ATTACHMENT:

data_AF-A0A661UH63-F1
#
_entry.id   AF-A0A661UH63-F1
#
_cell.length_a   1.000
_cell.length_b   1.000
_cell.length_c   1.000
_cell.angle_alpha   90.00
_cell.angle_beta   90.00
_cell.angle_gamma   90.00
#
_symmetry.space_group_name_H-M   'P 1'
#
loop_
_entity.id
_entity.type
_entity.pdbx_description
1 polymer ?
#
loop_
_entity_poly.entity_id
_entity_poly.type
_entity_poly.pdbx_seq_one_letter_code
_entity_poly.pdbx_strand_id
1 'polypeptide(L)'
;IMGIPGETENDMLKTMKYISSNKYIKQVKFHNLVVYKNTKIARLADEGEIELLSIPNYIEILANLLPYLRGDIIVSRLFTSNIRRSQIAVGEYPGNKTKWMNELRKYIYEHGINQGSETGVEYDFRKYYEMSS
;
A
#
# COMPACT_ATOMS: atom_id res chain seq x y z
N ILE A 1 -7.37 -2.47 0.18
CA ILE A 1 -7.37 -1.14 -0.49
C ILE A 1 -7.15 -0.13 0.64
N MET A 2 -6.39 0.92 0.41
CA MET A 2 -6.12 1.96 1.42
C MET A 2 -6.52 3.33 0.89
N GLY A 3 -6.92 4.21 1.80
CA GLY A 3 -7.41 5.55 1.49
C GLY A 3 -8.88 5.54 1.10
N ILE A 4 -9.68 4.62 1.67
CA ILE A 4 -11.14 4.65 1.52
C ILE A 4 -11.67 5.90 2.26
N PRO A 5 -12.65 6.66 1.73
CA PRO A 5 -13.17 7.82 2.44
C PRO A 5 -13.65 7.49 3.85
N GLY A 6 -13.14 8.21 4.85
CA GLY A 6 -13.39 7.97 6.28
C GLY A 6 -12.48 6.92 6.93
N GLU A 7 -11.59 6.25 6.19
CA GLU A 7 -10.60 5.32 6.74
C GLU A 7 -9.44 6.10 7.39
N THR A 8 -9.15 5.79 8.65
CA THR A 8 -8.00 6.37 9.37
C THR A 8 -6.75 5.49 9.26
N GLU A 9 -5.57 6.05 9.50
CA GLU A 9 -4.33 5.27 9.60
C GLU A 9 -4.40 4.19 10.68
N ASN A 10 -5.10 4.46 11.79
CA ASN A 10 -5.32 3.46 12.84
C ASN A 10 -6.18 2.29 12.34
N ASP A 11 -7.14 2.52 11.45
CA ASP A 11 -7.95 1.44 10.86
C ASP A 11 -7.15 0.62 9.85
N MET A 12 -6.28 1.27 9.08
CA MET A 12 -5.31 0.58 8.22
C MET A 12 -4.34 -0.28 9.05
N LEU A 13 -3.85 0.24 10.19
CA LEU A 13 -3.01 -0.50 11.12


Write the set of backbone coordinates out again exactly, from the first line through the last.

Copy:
data_AF-A0A661UH63-F1
#
_entry.id   AF-A0A661UH63-F1
#
_cell.length_a   1.000
_cell.length_b   1.000
_cell.length_c   1.000
_cell.angle_alpha   90.00
_cell.angle_beta   90.00
_cell.angle_gamma   90.00
#
_symmetry.space_group_name_H-M   'P 1'
#
loop_
_entity.id
_entity.type
_entity.pdbx_description
1 polymer ?
#
loop_
_entity_poly.entity_id
_entity_poly.type
_entity_poly.pdbx_seq_one_letter_code
_entity_poly.pdbx_strand_id
1 'polypeptide(L)'
;IMGIPGETENDMLKTMKYISSNKYIKQVKFHNLVVYKNTKIARLADEGEIELLSIPNYIEILANLLPYLRGDIIVSRLFTSNIRRSQIAVGEYPGNKTKWMNELRKYIYEHGINQGSETGVEYDFRKYYEMSS
;
A
#
# COMPACT_ATOMS: atom_id res chain seq x y z
N ILE A 1 -7.37 -2.47 0.18
CA ILE A 1 -7.37 -1.14 -0.49
C ILE A 1 -7.15 -0.13 0.64
N MET A 2 -6.39 0.92 0.41
CA MET A 2 -6.12 1.96 1.42
C MET A 2 -6.52 3.33 0.89
N GLY A 3 -6.92 4.21 1.80
CA GLY A 3 -7.41 5.55 1.49
C GLY A 3 -8.88 5.54 1.10
N ILE A 4 -9.68 4.62 1.67
CA ILE A 4 -11.14 4.65 1.52
C ILE A 4 -11.67 5.90 2.26
N PRO A 5 -12.65 6.66 1.73
CA PRO A 5 -13.17 7.82 2.44
C PRO A 5 -13.65 7.49 3.85
N GLY A 6 -13.14 8.21 4.85
CA GLY A 6 -13.39 7.97 6.28
C GLY A 6 -12.48 6.92 6.93
N GLU A 7 -11.59 6.25 6.19
CA GLU A 7 -10.60 5.32 6.74
C GLU A 7 -9.44 6.10 7.39
N THR A 8 -9.15 5.79 8.65
CA THR A 8 -8.00 6.37 9.37
C THR A 8 -6.75 5.49 9.26
N GLU A 9 -5.57 6.05 9.50
CA GLU A 9 -4.33 5.27 9.60
C GLU A 9 -4.40 4.19 10.68
N ASN A 10 -5.10 4.46 11.79
CA ASN A 10 -5.32 3.46 12.84
C ASN A 10 -6.18 2.29 12.34
N ASP A 11 -7.14 2.52 11.45
CA ASP A 11 -7.95 1.44 10.86
C ASP A 11 -7.15 0.62 9.85
N MET A 12 -6.28 1.27 9.08
CA MET A 12 -5.31 0.58 8.22
C MET A 12 -4.34 -0.28 9.05
N LEU A 13 -3.85 0.24 10.19
CA LEU A 13 -3.01 -0.50 11.12